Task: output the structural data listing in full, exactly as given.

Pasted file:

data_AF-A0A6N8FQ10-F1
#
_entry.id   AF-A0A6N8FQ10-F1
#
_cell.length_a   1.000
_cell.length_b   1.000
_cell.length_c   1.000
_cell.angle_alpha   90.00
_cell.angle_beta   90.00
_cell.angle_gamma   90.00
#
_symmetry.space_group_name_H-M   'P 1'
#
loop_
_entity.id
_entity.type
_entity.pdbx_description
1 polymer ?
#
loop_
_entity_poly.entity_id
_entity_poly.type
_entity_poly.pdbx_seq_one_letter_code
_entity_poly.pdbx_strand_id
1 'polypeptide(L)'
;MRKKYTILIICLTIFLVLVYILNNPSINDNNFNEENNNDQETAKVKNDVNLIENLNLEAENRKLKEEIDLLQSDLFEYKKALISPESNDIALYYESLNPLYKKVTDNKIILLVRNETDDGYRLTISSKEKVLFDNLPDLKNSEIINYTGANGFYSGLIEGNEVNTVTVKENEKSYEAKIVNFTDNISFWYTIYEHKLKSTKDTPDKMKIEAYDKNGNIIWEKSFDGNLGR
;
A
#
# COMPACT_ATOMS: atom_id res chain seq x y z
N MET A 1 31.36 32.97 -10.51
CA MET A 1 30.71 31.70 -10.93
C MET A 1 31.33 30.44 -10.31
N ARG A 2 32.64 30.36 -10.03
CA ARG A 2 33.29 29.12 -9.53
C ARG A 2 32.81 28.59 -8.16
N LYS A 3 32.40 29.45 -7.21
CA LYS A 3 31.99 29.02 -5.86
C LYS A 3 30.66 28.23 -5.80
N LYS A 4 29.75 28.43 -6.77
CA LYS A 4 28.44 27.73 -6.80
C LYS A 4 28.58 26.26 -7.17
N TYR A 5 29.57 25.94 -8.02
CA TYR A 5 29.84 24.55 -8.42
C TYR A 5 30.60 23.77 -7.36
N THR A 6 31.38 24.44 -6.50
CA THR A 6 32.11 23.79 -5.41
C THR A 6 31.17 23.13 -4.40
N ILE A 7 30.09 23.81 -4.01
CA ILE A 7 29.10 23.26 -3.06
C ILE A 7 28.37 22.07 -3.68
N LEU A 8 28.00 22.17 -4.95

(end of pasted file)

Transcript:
data_AF-A0A6N8FQ10-F1
#
_entry.id   AF-A0A6N8FQ10-F1
#
_cell.length_a   1.000
_cell.length_b   1.000
_cell.length_c   1.000
_cell.angle_alpha   90.00
_cell.angle_beta   90.00
_cell.angle_gamma   90.00
#
_symmetry.space_group_name_H-M   'P 1'
#
loop_
_entity.id
_entity.type
_entity.pdbx_description
1 polymer ?
#
loop_
_entity_poly.entity_id
_entity_poly.type
_entity_poly.pdbx_seq_one_letter_code
_entity_poly.pdbx_strand_id
1 'polypeptide(L)'
;MRKKYTILIICLTIFLVLVYILNNPSINDNNFNEENNNDQETAKVKNDVNLIENLNLEAENRKLKEEIDLLQSDLFEYKKALISPESNDIALYYESLNPLYKKVTDNKIILLVRNETDDGYRLTISSKEKVLFDNLPDLKNSEIINYTGANGFYSGLIEGNEVNTVTVKENEKSYEAKIVNFTDNISFWYTIYEHKLKSTKDTPDKMKIEAYDKNGNIIWEKSFDGNLGR
;
A
#
# COMPACT_ATOMS: atom_id res chain seq x y z
N MET A 1 31.36 32.97 -10.51
CA MET A 1 30.71 31.70 -10.93
C MET A 1 31.33 30.44 -10.31
N ARG A 2 32.64 30.36 -10.03
CA ARG A 2 33.29 29.12 -9.53
C ARG A 2 32.81 28.59 -8.16
N LYS A 3 32.40 29.45 -7.21
CA LYS A 3 31.99 29.02 -5.86
C LYS A 3 30.66 28.23 -5.80
N LYS A 4 29.75 28.43 -6.77
CA LYS A 4 28.44 27.73 -6.80
C LYS A 4 28.58 26.26 -7.17
N TYR A 5 29.57 25.94 -8.02
CA TYR A 5 29.84 24.55 -8.42
C TYR A 5 30.60 23.77 -7.36
N THR A 6 31.38 24.44 -6.50
CA THR A 6 32.11 23.79 -5.41
C THR A 6 31.17 23.13 -4.40
N ILE A 7 30.09 23.81 -4.01
CA ILE A 7 29.10 23.26 -3.06
C ILE A 7 28.37 22.07 -3.68
N LEU A 8 28.00 22.17 -4.95